Honourable colleagues, thank you for the opportunity to speak today on Bill S-236, an act to recognize Charlottetown as the birthplace of Confederation. I was pleased to hear the second reading speeches in the House of Commons. It was a wonderful opportunity for the House to debate the historical role of both Charlottetown and Prince Edward Island in the Confederation story.
Bill S-236 gives us, as parliamentarians, a collective opportunity to reflect on and also to educate Canadians about our shared history as we celebrate Canada 150 and look toward our nation's future.
Let me be clear. Although I am deemed the sponsor, Bill S-236 is not my bill. It is a vision that has been expressed by Islanders to solidify in law the formative event that led to the creation of the Dominion of Canada.
At the federal level, this vision has seen many forms. In the 41st Parliament, its name was Bill C-659, and it was sponsored by the member of Parliament for Charlottetown, who is now the parliamentary secretary for Canadian heritage. In the 42nd Parliament, it is Bill C-253, introduced by the member for Malpeque, who is with us today by video conference. However, due to Bill C-253's high draw order, it was clear that the bill would not be debated during Canada's 150th year. Therefore, I introduced Bill S-236 in the Senate to ensure that Parliament would have the opportunity to debate and reflect on the role Charlottetown had in leading to Confederation. I guess you could say I am the johnny-come-lately to this whole discussion.
This bill, when enacted, will be an appropriate complement to a bill passed by the Prince Edward Island legislature in 2014 called the Birthplace of Confederation Act. It builds on the 1996 proclamation by the Right Honourable Jean Chrétien recognizing the role of Charlottetown as the birthplace of Confederation and affirming this as an integral part of our Canadian heritage.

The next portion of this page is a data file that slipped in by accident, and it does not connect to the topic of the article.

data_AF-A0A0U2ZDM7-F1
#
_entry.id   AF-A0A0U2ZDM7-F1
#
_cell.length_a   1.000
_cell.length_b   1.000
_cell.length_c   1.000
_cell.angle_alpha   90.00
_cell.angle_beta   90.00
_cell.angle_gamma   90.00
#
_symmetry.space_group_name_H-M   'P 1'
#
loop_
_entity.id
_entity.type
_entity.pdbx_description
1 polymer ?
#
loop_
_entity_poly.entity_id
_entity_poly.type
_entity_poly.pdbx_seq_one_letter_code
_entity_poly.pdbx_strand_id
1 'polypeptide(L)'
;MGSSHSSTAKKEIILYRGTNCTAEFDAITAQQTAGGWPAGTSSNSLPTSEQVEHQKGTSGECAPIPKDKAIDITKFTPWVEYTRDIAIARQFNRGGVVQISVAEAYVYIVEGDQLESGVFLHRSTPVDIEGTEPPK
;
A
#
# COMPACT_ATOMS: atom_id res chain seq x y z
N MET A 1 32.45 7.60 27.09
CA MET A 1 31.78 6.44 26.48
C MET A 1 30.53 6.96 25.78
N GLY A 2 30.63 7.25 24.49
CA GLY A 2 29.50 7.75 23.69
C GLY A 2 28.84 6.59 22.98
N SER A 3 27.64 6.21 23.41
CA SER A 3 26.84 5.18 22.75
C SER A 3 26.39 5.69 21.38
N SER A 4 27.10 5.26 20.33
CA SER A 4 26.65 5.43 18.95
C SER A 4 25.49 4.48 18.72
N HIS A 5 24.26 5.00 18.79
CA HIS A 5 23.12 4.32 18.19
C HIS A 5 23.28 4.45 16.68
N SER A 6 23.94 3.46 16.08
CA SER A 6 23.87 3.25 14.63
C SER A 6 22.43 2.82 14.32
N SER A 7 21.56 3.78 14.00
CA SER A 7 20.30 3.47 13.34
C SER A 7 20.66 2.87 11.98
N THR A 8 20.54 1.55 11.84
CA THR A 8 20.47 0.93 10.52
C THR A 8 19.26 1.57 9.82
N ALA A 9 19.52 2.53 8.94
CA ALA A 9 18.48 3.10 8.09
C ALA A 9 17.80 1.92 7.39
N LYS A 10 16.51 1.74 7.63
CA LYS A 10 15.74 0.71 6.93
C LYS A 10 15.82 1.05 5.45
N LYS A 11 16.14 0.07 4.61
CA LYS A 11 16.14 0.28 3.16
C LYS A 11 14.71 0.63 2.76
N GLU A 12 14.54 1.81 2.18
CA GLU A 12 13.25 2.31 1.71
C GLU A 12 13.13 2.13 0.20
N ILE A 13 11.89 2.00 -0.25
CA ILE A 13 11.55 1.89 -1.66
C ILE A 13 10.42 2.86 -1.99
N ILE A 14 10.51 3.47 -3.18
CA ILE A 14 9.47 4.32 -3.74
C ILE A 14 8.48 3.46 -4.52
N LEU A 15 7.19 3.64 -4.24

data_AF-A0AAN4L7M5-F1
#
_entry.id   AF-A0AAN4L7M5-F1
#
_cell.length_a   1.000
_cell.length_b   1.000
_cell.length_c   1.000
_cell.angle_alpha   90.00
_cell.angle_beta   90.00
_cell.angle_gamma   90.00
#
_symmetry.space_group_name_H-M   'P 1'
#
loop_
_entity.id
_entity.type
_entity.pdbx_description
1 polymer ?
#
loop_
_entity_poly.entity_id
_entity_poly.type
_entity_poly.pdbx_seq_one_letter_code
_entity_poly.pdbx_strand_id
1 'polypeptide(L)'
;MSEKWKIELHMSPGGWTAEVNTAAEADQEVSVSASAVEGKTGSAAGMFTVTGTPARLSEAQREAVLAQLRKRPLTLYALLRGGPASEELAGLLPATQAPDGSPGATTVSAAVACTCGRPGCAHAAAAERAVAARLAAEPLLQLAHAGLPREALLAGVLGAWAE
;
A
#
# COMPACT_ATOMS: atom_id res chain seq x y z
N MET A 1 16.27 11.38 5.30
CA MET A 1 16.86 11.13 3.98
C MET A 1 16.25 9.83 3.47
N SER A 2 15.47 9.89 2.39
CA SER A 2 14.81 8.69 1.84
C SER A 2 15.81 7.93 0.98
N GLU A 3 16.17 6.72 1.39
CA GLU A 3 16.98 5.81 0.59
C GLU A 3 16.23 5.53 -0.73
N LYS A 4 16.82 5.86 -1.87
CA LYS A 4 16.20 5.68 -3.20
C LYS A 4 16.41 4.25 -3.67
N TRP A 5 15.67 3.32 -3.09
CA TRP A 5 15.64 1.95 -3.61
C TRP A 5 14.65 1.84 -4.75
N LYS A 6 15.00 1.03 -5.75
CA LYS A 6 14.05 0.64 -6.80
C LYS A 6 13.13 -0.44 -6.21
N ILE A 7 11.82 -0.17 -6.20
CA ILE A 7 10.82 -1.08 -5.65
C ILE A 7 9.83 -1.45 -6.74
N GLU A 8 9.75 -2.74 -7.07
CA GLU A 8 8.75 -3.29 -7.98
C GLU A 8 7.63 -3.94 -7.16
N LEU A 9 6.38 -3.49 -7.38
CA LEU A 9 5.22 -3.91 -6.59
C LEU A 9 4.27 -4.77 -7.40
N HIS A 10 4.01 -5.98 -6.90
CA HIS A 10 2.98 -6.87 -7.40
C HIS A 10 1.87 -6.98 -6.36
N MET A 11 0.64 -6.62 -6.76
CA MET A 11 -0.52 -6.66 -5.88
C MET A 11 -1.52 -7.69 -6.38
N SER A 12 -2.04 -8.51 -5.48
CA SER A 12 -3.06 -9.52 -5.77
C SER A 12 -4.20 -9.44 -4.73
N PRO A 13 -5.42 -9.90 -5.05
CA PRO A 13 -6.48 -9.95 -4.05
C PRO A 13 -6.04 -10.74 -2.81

For context, when this went to the Senate's legal and constitutional affairs committee, four amendments were made to the bill. One amendment corrected a drafting error in the French version, and two clarified Charlottetown's role by indicating that it was the start of a process that led to the Quebec and London conferences, which ultimately resulted in Confederation and the creation of the Dominion of Canada. The last amendment to the bill stated that the recognition of Charlottetown as the birthplace of Confederation does not confer any specific, such as financial, benefit under the Parks Canada Agency Act.
To avoid confusion, Bill S-236 is not about the colony of Prince Edward Island joining the Confederation in 1873. This bill is about the city of Charlottetown hosting the conference that gave birth to the idea of Confederation in 1864.
With respect to consultation and involvement of first nations in the development of this bill, and the larger element of the Charlottetown Conference, Parks Canada worked with representatives of the Mi'kmaq Confederacy to develop interpretive videos of the Confederation story that explain the history of the Mi'kmaq peoples and highlight the lack of any role at the Charlottetown conference. I might add that women didn't have any role there either.
Although Bill S-236 does not trigger a legal duty to consult, I asked the chiefs of the Mi'kmaq Confederacy for their views of Bill S-236 and of Confederation in general. I am now going to read into the record their statement, to ensure that it forms part of the House of Commons' deliberations.
While the chiefs are generally supportive of the concept of Charlottetown being recognized as the birthplace of Confederation, they note that Prince Edward Island has been the home of the Mi'kmaq people for over 12,000 years, yet they were not invited to the Charlottetown Conference. In creating this legislative recognition, the chiefs believe that moving forward, the Government of Canada must include the indigenous peoples of this land on a nation-to-nation basis in all matters. This would also involve honouring the historic peace and friendship treaties with the Mi'kmaq.
I appreciate that there was debate on how the Government of Canada should celebrate and commemorate our 150th year of Confederation. This bill provides all of us, as parliamentarians, an opportunity to participate in a legislative event to celebrate and recognize the watershed moment in Canadian history that happened in Charlottetown.
I'm optimistic that this bill has sufficient support to be passed prior to the end of the 150th year of the creation of the Dominion of Canada.